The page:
Nobel Prize in Medicine has local OHC connection
The Nobel Prize in Physiology or Medicine was awarded on Monday to James P. Allison, PhD, of the United States and Tasuku Honjo, MD, PhD, of Japan for their work on unleashing the body’s immune system to attack cancer, a breakthrough that has led to an entirely new class of drugs, called immunotherapy, and brought lasting remissions to many patients who had run out of options.
And it has a very local connection.
“This news really hit home for all of us at OHC because for many years we have participated, and continue to, in the clinical trials that tested this new approach,” said David M. Waterhouse, MD, MPH, co-director of research at OHC. “We literally helped prove that immunotherapy drugs like Opdivo and Keytruda and Yervoy do work. We have numerous patients with lung cancer who’ve been taking these drugs for 3 – 4 years and even longer. Not only are they living longer than the average 6-to-12 month prognosis, they are living better, side-effect free lives. Some tell us they forget they have lung cancer.”
Before Dr. Allison’s and Dr. Honjo’s work, cancer treatment consisted of surgery, radiation, chemotherapy and hormonal treatments. A statement from the Nobel committee acknowledged their accomplishments as establishing “an entirely new principle for cancer therapy.”
“With the Nobel Prize award, it’ll bring more attention and support to Dr. Allison’s and Dr. Honjo’s work,” Dr. Waterhouse added. “I think we’ve just scratched the surface of immunotherapy and how our own immune system can be allowed to do its job in attacking cancer cells. I hope in my lifetime to see this successfully applied to all types of cancer, especially those for which we have very little treatment options today.”
The drugs based on their work belong to a class called checkpoint inhibitors, which block proteins that stop the immune system from attacking the cancer cells. The first ones approved by the Food and Drug Administration were ipilimumab (brand name Yervoy), nivolumab (Opdivo) and pembrolizumab (Keytruda). Others have since come to market.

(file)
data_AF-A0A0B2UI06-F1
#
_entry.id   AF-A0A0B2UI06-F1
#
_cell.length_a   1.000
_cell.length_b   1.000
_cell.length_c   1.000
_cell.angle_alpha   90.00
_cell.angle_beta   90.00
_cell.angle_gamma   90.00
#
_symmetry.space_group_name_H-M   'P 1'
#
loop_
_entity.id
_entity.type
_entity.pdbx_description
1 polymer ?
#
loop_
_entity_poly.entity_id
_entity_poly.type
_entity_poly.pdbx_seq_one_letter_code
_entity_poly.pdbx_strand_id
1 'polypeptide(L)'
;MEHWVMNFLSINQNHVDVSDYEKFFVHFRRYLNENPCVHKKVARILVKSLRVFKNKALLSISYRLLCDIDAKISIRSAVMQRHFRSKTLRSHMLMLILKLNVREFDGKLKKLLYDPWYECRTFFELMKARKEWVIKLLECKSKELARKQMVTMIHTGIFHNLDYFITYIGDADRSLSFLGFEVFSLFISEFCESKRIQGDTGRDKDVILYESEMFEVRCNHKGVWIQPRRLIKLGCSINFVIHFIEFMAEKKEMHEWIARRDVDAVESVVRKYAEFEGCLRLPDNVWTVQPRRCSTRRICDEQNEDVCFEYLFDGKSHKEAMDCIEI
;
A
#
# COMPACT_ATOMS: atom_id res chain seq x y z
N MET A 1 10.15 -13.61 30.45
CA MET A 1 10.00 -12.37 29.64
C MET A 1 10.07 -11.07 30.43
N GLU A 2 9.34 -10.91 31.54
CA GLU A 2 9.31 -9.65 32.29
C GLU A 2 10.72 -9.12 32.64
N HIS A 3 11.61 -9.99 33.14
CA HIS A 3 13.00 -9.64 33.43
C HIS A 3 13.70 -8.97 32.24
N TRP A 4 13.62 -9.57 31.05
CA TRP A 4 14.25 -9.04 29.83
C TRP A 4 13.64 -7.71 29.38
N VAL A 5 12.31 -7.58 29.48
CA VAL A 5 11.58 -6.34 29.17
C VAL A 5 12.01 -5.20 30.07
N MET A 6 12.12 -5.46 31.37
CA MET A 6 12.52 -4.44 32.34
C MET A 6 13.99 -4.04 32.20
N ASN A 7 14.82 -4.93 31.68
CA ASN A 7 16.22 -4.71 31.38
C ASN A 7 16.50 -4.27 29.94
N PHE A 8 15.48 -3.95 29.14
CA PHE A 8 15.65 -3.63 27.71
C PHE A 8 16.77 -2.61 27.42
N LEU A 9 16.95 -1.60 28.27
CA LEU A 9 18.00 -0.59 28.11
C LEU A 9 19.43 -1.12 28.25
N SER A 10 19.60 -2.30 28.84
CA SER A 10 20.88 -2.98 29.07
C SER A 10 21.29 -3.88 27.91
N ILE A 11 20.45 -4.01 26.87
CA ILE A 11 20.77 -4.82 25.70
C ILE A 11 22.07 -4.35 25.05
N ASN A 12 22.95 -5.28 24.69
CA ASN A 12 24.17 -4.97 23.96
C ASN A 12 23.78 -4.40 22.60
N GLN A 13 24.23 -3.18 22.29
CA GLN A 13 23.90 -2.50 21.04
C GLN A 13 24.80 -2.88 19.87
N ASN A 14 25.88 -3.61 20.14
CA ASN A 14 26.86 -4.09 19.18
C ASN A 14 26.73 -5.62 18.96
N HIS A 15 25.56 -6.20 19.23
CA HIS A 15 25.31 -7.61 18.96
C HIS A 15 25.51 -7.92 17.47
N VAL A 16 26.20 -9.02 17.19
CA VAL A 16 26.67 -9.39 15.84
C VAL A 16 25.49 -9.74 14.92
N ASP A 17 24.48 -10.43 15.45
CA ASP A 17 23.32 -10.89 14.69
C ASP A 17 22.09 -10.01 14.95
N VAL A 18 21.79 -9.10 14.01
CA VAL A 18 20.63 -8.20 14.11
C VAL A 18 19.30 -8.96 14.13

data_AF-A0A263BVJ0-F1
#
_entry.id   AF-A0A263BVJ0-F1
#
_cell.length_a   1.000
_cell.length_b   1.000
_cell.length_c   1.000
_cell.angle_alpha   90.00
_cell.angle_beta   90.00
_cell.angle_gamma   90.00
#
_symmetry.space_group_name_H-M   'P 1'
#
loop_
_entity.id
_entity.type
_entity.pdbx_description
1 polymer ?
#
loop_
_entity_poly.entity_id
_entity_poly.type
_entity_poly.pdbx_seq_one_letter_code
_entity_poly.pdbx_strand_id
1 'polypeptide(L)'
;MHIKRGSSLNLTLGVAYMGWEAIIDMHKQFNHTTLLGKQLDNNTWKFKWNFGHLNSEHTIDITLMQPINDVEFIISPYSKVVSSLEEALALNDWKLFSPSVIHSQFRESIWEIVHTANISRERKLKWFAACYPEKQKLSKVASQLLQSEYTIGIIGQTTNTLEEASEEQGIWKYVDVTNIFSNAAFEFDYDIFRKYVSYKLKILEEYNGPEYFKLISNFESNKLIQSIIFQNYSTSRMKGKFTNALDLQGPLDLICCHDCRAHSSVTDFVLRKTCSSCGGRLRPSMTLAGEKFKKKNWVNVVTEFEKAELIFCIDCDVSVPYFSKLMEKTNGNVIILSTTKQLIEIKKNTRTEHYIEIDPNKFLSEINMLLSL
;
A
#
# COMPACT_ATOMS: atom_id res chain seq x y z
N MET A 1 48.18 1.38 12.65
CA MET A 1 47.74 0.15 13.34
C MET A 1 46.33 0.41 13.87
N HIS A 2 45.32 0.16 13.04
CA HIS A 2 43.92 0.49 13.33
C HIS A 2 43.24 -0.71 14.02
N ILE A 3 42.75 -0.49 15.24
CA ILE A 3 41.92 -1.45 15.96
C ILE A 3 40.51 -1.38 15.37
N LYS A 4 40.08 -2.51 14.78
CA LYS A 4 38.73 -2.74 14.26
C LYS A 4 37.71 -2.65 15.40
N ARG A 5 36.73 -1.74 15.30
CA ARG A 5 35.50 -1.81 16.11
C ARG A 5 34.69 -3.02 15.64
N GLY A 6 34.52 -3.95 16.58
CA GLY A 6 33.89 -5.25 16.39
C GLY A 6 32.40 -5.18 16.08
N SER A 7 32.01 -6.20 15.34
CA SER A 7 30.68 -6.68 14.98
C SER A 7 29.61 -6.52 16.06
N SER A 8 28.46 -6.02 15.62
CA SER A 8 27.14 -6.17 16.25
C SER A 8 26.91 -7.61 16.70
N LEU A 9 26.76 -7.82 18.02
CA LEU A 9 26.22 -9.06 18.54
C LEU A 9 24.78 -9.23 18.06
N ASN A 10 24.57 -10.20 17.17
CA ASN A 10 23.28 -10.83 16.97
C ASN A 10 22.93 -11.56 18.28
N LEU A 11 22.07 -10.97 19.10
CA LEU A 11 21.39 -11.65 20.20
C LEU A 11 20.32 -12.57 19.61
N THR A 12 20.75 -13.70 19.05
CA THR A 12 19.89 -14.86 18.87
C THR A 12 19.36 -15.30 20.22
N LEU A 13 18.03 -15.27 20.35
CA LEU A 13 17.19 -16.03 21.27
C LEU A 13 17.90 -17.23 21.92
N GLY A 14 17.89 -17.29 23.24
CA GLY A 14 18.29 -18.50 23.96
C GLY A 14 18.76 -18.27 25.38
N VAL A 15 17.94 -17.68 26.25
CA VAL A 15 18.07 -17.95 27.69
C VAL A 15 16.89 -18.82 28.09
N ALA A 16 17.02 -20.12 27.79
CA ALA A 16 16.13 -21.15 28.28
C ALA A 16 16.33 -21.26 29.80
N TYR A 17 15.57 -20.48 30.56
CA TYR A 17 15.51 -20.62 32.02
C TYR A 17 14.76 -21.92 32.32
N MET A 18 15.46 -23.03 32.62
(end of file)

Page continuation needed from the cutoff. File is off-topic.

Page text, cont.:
“At OHC, our doctors are relentless when it comes to finding new and better treatments and getting patients access to those treatments,” said Randolph Broun, MD, OHC President and Chairman of the Board. “We are blessed to have a dedicated team of researchers who are the forefront of treatments like immunotherapy. And we are also incredibly fortunate to have an entire group of doctors who keep themselves abreast of the latest treatments and clinical trials, and enroll their eligible patients in those trials in order to give them access to treatments like Opdivo. It’s an indescribable feeling to see the work of people like Dr. Allison and Honjo not only be honored world-wide, but also applied right here in our hometown, helping our patients and our friends and our neighbors.”
OHC (Oncology Hematology Care) has been fighting cancer on the front lines for more than three decades. We are the region’s leading experts in the treatment of nearly every form of adult cancer and complex blood disorder. OHC offers the latest medical, gynecologic and radiation therapy, and is always seeking better treatment options through participation in clinical trials. OHC is certified by the American Society for Clinical Oncology in the Quality Oncology Practice Initiative Certification Program, is an accredited Oncology Medical Home, and is one of only 179 practices nationally to be accepted into the Medicare Oncology Care Model. At its heart, our approach to cancer care is simple – to surround you with everything you need so you can focus on what matters most: beating cancer. For more information about services and careers at OHC, call 1-888-649-4800 or visit ohcare.com.